Trish our Parish Reader preached the following sermon this morning, 6th July:
Matthew 11:28: “Come unto me, all you who are heavy laden, and I will give you rest”
Two days ago, the United States of America celebrated Independence Day, and their legal separation from Britain in 1776. Having an American mother and a Scottish father gives me rather mixed feelings about that, but one thing I definitely admire about the US is the Statue of Liberty, and I remember, although I was only 9 at the time, the feeling of awe as I gazed up at her… she stands at the entrance to New York harbour, a symbol of freedom, gazing down the Hudson River towards the Atlantic Ocean, towards Europe, where so many of my mother’s ancestors came from… some were loyal subjects of the British crown, some were looking for religious freedom, some were escaping poverty… all were hoping for a new life, a better life.
So when I read today’s Gospel, I immediately thought of her… I read the words of Jesus “Come unto me, all you who are heavy laden, and I will give you rest” and I remembered the poem, written in 1883 by Emma Lazarus, which is engraved at the base of Lady Liberty:“Give me your tired, your poor, Your huddled masses yearning to breathe free, The wretched refuse of your teeming shore. Send these, the homeless, tempest-tost to me…”
Whatever we may think of today’s immigration policies, the intention of the poem is to portray the welcome given to all who arrived there. No matter where they were from, they were given the chance of a new life. For example, in 1832, three generations of the Swiers family in Yorkshire sailed from Liverpool to New York; eventually they settled in Kansas, where today their descendants, my mother’s cousins, farm the same land.
Jesus said “Come unto me”
Change your life, take a journey into the unknown, trust me
“Come unto me, all you who are weary”
All you who are tired, all you who are homeless, all you who are bruised by the storms of life…
“Come unto me and I will give you rest”
Jesus didn’t say “Come unto me and I will make your life perfect, he didn’t say come unto me and l will make you healthy, wealthy and wise… He offers rest, rest for the weary, rest for our souls
And when people come to us, when they come to the church, seeking rest, do they find it here? Do we offer it?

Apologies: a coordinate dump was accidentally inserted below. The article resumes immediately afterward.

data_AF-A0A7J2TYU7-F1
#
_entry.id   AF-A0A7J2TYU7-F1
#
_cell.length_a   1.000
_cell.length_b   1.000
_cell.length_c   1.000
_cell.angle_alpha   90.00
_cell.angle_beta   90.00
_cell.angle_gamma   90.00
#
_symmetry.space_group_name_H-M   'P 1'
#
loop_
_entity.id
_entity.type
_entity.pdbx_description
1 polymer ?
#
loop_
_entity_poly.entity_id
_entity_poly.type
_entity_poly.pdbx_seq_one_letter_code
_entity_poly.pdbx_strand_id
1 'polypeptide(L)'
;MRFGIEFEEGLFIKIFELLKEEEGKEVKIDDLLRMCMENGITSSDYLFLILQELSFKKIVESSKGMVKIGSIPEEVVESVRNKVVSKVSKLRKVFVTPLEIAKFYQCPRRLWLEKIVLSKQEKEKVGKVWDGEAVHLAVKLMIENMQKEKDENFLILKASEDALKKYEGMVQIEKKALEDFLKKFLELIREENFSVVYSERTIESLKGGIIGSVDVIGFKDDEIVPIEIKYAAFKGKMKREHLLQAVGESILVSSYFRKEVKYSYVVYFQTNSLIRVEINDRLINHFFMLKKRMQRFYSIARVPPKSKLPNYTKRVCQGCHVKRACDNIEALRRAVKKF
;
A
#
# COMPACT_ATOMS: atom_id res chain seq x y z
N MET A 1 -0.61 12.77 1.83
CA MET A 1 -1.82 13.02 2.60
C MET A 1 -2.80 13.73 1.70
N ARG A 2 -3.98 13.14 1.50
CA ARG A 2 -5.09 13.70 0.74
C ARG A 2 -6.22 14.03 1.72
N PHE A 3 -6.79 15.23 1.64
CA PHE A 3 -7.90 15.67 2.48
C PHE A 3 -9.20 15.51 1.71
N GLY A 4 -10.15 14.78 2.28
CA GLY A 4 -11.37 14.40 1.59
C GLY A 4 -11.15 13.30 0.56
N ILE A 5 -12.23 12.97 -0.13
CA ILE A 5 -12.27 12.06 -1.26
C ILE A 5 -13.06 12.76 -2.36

We welcome everyone, the weary, the tired, the poor, the unhappy, the unwell, the released prisoner…My ancestors sailed to America looking for a new and better life… we offer new life to those who come through our doors
We may think it is just a smile and a cup of tea, but to them it may be a new start…
“Come unto me, all you who are weary and heavy laden, and I will give you rest.” Amen
This was a wonderful sermon. ..I thought so this morning when I heard Trish preaching and I feel it even more so reading it again on here. Delivered so carefully and gently yet it reached me and touched my inner soul.
I agree the poem is inspiring. However the reality is that 1st class passengers went to the USA with no issues. The huddled masses however were sent to Ellis Island where they were processed and if they were ill, uneducated, deformed. etc they had a symbol chalked on the back of their coats. The wrong symbol meant that you would not be chosen and sent back to your country of origin. Mothers turned the coats of their children inside out to cover these symbols up!. This often meant that parents had to send back one of their children. I looked on the wall of names of those who had passed through this process, to find mine and thankfully there were none.
I agree, Darren, by the time the statue appeared, the US had some very divisive policies, very different from the earlier days; I am not in any way endorsing these, but was trying to bring out the theme of the poem, which as you say is inspiring, that all SHOULD be welcome, just as all SHOULD be welcome in our churches.